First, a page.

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Youth Pheasant Hunt 

Kim Fundingsland
 October 3, 2022
 •

Pheasants for the Future Event 

MINOT – Not even a cool, windy morning could keep youngsters from enthusiastically anticipating a chance to hunt the state’s favorite game bird – the rooster pheasant. Same with volunteers, parents, and eager bird dogs. 

Minot’s Pheasants for the Future staged their annual Youth Pheasant Hunt at two locations this past Saturday, including near Rice Lake where the enthusiasm of youngsters hoping to have a rooster pheasant rise in front of them, many for the time, was shared by their parents and volunteers. 

Travis Sperling and son Holdyn, Minot, along with Germain short-haired pointer Tika, moments before participating in the Pheasants for the Future Youth Pheasant Hunt. (Photo: Kim Fundingsland/The Dakotan)

“It’s an opportunity for young children to get introduced to the outdoors and get their first rooster,” said Kellen Latendresse, Minot, PFTF Youth Hunt coordinator. “Number one is to have a safe experience, and number two is to stir that passion for hunting.” 

Moments later several young hunters took to the field in an organized line, dogs in front of them and parents following. PFTF had earlier planted more than 100 pheasants in the tall grass field which included multiple varieties of cover for game birds. It wasn’t long before the report of shotgun was heard, followed by shouts of joy. It was exactly what the outing was all about.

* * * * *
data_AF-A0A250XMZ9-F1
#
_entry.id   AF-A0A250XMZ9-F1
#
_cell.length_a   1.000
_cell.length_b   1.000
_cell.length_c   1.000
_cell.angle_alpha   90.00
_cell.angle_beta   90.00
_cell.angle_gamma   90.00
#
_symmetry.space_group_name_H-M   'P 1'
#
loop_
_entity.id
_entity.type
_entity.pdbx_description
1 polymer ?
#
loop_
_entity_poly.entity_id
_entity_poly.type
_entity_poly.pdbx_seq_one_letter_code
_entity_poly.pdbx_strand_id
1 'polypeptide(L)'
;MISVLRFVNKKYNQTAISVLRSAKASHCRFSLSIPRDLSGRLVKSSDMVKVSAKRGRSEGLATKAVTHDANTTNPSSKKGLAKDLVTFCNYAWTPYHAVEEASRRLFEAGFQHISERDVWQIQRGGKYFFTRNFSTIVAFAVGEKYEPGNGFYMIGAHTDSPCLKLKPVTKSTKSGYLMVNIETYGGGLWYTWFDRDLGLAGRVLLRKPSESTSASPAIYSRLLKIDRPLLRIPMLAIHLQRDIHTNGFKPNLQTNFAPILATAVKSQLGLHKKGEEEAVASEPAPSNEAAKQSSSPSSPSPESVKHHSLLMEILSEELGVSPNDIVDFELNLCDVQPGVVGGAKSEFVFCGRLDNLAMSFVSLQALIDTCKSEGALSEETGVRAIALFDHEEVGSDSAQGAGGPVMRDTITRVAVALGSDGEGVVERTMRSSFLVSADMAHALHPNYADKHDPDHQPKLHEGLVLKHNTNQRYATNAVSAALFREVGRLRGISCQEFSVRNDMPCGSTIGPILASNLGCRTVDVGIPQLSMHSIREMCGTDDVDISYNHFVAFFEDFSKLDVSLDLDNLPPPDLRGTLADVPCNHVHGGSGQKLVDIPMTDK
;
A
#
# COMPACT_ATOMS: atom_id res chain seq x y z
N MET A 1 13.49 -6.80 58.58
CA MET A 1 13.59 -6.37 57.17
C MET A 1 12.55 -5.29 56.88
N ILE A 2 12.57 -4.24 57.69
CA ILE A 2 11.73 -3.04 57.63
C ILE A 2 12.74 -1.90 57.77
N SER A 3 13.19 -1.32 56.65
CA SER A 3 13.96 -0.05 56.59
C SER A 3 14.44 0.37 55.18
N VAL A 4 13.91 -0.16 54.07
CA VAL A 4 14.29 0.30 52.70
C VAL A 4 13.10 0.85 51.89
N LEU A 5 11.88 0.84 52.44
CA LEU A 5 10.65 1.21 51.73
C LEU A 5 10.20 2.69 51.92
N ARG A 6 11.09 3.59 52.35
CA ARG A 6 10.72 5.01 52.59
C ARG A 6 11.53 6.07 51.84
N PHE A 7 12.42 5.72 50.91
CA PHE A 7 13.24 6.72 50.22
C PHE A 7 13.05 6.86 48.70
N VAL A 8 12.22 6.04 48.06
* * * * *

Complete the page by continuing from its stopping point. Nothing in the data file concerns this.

“Hopefully, we plant that seed and keep the hunting tradition going in North Dakota,” remarked Latendresse while watching the orange-clad young hunters walk the field. 

Chandler and Andy Leraas, Minot, were among those taking part in a youth pheasant hunt this past weekend. (Photo: Kim Fundingsland/The Dakotan)

A strong wind, accompanied by chilly temperatures, made for challenging shooting conditions. However, the young hunters brought several pheasants back to their starting point. Many with big smiles, holding their colorful birds high for photographs taken by parents and volunteers. 

Prior to entering the field, participants were encouraged to start their morning with some clay target shooting – a warm-up for the hunt to follow. Then came a safety briefing, an important aspect that set the stage for the much anticipated hunt. 

“We use local volunteers, guys that do this a lot,” explained Latendresse. “We want it to be a safe environment and do it the right way.” 

Young hunters, accompanied by volunteers, parents, and dogs begin their first walk in the field in search of rooster pheasants. (Photo: Kim Fundingsland/The Dakotan)

PFTF volunteers cooked hotdogs, passed out chips and soft drinks, and exchanged fist bumps and high 5s with the young hunters at the conclusion of the hunt. Smiling for photographs was easy and memories were made. It was exactly what volunteers hoped to see. 

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